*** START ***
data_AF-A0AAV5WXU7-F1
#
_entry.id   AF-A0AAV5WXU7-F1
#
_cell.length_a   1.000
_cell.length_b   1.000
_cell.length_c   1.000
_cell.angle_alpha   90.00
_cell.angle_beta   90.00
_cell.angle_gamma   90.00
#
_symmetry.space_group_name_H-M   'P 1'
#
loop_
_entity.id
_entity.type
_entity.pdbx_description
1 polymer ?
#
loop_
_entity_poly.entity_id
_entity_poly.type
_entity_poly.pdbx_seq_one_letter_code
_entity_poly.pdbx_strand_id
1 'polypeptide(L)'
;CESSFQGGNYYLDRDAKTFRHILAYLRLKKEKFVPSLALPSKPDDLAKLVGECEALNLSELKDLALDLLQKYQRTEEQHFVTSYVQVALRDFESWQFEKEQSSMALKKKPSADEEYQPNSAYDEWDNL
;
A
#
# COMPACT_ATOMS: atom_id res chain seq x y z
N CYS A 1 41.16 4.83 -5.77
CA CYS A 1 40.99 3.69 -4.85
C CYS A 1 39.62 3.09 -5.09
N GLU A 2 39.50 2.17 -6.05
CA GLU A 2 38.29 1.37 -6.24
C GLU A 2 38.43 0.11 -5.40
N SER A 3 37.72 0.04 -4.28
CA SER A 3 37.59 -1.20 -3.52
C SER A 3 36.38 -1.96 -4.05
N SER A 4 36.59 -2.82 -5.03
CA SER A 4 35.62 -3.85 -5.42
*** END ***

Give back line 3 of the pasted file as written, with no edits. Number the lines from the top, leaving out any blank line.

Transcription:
_entry.id   AF-A0AAV5WXU7-F1